Children’s Hospital of Pittsburgh can be a sad place.
Often it’s an inspiring place. But for kids in the
hospital for a long stay, it can be a boring place. Add
volunteers from neighboring Carnegie Museum of Natural
History, and once a week it’s also a very busy learning
In the ninth floor activity room, a group of kids
ages 3 to 9 dressed in colorful pajamas and hospital gowns
around a table just their size, gluing small puffs of cotton
onto paper rabbits. Each child is given a plaster baby
bunny and a small paper cup filled with cut raffia to mimic
“Do you know what the mother bunny does then?” asks Lenore Adler,
program specialist for outreach at Carnegie Museum of Natural History. “She
pulls fur from her own body to make the nest soft for her baby bunny.” Impressed
by this news, the kids quickly pull from a chunk of cotton to line their cups,
making the nest comfortable for their own baby bunnies.
Adler shows a mounted
rabbit skeleton to the older kids remaining at the table. “See the
extra long legs?” she
asks. “See the big teeth? That’s why you
never pet a wild rabbit.”
This natural history
lesson is one of dozens shared by way of Carnegie Museum
of Natural History’s Museum
on the Move program, which for 25 years has delivered
the resources of the museum to special-needs children.
a week at Children’s, volunteers share lessons
about dinosaurs, Native Americans, backyard birds, fabulous
or rocks and minerals.
The programs are structured to
be flexible in their complexity depending on the age
and interest of the audience—with
any given week being different, usually a mix from toddlers
to teens. According to Carol Lerberg, a volunteer with
the program for 20 years, dinosaurs are the most popular,
no matter the age. “The little kids play with the
dinosaur toys, and the older kids look at the teeth and
A Short Walk, A Big Step
On a spring day in 1982, Carnegie Museum of Natural History
educator Diane Grzybek, now chair of the museum’s
division of education, made the short walk from the Oakland
museum over to Children’s Hospital, a box of materials
all about dinosaurs in her arms. It was a simple gesture:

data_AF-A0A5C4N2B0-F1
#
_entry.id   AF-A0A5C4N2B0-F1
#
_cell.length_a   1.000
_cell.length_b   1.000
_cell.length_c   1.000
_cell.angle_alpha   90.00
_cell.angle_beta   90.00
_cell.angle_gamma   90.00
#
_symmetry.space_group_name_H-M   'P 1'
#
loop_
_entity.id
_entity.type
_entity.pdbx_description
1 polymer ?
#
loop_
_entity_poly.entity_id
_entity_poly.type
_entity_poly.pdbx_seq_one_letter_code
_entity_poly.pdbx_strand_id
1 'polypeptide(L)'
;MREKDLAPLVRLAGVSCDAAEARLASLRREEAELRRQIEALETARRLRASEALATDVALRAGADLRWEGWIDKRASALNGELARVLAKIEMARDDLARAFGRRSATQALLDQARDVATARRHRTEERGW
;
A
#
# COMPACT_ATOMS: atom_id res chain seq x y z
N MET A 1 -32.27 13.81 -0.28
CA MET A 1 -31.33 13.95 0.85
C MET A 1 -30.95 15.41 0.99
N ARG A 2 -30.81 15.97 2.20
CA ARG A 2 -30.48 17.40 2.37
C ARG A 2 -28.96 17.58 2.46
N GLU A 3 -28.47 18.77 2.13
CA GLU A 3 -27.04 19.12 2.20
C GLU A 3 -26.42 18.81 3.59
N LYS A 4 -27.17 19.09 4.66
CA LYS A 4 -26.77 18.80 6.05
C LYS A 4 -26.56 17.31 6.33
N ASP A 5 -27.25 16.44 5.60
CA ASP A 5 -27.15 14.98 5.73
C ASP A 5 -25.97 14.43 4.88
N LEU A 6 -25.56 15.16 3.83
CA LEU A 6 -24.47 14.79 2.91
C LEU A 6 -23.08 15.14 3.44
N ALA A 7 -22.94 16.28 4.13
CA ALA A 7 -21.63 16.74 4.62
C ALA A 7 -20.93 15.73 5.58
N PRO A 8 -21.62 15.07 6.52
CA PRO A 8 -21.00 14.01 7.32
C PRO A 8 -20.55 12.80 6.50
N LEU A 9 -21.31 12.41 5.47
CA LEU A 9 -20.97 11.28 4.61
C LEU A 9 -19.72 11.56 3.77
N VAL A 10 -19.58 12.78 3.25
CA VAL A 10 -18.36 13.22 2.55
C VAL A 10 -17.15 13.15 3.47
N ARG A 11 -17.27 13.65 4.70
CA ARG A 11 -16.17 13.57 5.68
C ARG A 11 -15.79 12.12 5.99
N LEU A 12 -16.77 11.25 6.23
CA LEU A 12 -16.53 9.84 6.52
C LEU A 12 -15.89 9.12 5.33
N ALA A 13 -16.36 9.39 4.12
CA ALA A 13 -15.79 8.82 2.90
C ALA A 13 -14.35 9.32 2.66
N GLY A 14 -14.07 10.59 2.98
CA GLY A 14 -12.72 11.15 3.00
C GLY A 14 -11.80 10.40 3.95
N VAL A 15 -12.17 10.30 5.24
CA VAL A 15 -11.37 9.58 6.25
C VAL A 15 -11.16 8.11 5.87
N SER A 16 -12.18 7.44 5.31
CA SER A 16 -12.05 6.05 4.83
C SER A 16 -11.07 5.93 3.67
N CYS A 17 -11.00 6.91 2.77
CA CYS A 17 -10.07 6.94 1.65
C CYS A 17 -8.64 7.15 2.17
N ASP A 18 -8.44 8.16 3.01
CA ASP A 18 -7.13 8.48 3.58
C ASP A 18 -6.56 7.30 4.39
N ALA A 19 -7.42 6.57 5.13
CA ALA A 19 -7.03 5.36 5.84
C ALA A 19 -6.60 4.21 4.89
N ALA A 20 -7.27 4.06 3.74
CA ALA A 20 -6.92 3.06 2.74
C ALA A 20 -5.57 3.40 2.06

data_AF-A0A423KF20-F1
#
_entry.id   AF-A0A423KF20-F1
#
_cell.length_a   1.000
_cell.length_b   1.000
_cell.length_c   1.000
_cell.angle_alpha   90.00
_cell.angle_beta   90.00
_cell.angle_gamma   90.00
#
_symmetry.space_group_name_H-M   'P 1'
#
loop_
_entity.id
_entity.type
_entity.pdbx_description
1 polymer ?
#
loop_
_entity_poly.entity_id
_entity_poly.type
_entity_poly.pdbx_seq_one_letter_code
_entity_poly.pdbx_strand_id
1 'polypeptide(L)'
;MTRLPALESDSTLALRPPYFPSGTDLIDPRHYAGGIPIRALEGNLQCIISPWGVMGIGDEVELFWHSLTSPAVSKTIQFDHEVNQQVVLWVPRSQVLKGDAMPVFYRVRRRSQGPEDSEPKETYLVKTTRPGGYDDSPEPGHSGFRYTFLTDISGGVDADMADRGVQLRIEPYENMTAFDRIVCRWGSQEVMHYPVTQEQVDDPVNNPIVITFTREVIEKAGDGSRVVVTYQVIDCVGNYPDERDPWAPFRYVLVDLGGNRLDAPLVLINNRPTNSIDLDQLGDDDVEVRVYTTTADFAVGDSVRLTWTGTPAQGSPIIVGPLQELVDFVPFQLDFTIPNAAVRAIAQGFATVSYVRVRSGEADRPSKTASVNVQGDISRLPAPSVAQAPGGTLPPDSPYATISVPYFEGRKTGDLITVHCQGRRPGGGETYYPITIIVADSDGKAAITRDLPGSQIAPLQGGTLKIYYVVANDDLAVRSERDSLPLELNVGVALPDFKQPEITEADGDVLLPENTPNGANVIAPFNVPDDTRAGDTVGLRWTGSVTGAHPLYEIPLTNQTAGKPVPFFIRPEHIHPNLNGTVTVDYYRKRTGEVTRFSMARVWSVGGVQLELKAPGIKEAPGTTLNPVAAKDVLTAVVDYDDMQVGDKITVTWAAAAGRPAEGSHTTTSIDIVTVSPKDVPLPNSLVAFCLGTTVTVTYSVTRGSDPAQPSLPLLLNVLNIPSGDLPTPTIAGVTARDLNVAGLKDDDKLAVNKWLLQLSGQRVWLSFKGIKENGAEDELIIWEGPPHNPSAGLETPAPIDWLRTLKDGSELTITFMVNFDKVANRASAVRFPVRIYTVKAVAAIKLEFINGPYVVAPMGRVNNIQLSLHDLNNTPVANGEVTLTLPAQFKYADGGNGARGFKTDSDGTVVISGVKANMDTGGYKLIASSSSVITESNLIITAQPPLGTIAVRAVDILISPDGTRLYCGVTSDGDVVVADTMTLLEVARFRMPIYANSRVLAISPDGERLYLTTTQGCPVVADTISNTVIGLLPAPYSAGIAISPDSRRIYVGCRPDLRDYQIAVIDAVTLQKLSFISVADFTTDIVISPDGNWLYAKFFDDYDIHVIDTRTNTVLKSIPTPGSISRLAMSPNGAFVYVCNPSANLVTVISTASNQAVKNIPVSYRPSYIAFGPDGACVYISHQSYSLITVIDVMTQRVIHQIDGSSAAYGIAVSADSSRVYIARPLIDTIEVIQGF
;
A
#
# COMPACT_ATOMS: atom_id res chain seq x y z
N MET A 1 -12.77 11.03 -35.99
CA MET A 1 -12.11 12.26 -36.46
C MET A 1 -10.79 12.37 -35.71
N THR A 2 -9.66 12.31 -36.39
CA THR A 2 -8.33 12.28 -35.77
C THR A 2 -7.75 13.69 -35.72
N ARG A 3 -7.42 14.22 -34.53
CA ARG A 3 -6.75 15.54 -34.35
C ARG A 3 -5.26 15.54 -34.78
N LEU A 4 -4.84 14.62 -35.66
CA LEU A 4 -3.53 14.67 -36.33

take some of what kids love about the museum to children
who can’t visit the museum because of illness.
Grzybek gives credit for the idea to Sally Randall,
a museum docent who a year earlier had wondered out loud
museum couldn’t travel outside its own walls to people
who could really use a wonderful diversion. Still today,
Museum on the Move is a one-of-kind program. “There
really is nothing like it in the country,” Grzybek
Today, Museum on the Move visits more than 60 organizations,
including acute-care hospitals, elementary schools, camps,
Head Start centers, and several women’s shelters.
In 2005, volunteers presented some 600 programs to more
than 8,500 children.
It is a very labor-intensive program,” says Grzybek,
who was the first director of the program. “It’s
a lot of work for the volunteers, but it’s a labor
of love. Once they see kids get involved, the volunteers
A Wednesday morning staple at Children’s,
volunteers conduct different presentations simultaneously
floors. And Children’s keeps asking them back. “It’s
and educational—and a distraction.If kids can’t
make it to the activity room, volunteers go to their bedside,” says
Denise Esposto, manager of the Child Life department at
the hospital. She’s
responsible for the activities that address the emotional
and social needs of their patients.
The program works on a compassionate, human level,” says
Adler, who joined Museum on the Move in 1997.
Like Gryzbek before her, she is the program’s only
full-time paid staff member. Still, Adler points out that
a lot has
over the past 25 years.
Eleven volunteers now round out
the program. The museum gets to store materials at Children’s
Hospital for its weekly presentations. And Museum on
the Move staff
now even get to use a van for their special brand of special